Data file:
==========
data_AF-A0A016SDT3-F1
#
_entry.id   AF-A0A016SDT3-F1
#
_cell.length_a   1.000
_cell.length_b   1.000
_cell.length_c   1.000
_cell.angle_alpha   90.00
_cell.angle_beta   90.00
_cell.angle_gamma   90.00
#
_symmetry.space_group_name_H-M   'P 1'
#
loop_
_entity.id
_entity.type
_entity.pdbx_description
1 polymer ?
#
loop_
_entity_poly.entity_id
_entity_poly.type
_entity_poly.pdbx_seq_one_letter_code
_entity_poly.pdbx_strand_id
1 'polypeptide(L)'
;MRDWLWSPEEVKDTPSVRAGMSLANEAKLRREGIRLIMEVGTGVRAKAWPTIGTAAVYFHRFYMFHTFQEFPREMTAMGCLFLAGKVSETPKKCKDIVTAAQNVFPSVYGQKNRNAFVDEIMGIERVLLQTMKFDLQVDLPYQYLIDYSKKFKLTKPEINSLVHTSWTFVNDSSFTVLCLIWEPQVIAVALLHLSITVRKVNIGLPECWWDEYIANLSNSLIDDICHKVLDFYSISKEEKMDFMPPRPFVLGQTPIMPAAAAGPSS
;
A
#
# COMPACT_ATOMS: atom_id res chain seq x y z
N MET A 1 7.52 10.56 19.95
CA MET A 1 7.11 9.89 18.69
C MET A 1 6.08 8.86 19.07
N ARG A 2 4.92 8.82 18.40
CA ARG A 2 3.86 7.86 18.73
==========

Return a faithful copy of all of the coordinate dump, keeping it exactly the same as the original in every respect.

data_AF-A0A016SDT3-F1
#
_entry.id   AF-A0A016SDT3-F1
#
_cell.length_a   1.000
_cell.length_b   1.000
_cell.length_c   1.000
_cell.angle_alpha   90.00
_cell.angle_beta   90.00
_cell.angle_gamma   90.00
#
_symmetry.space_group_name_H-M   'P 1'
#
loop_
_entity.id
_entity.type
_entity.pdbx_description
1 polymer ?
#
loop_
_entity_poly.entity_id
_entity_poly.type
_entity_poly.pdbx_seq_one_letter_code
_entity_poly.pdbx_strand_id
1 'polypeptide(L)'
;MRDWLWSPEEVKDTPSVRAGMSLANEAKLRREGIRLIMEVGTGVRAKAWPTIGTAAVYFHRFYMFHTFQEFPREMTAMGCLFLAGKVSETPKKCKDIVTAAQNVFPSVYGQKNRNAFVDEIMGIERVLLQTMKFDLQVDLPYQYLIDYSKKFKLTKPEINSLVHTSWTFVNDSSFTVLCLIWEPQVIAVALLHLSITVRKVNIGLPECWWDEYIANLSNSLIDDICHKVLDFYSISKEEKMDFMPPRPFVLGQTPIMPAAAAGPSS
;
A
#
# COMPACT_ATOMS: atom_id res chain seq x y z
N MET A 1 7.52 10.56 19.95
CA MET A 1 7.11 9.89 18.69
C MET A 1 6.08 8.86 19.07
N ARG A 2 4.92 8.82 18.40
CA ARG A 2 3.86 7.86 18.73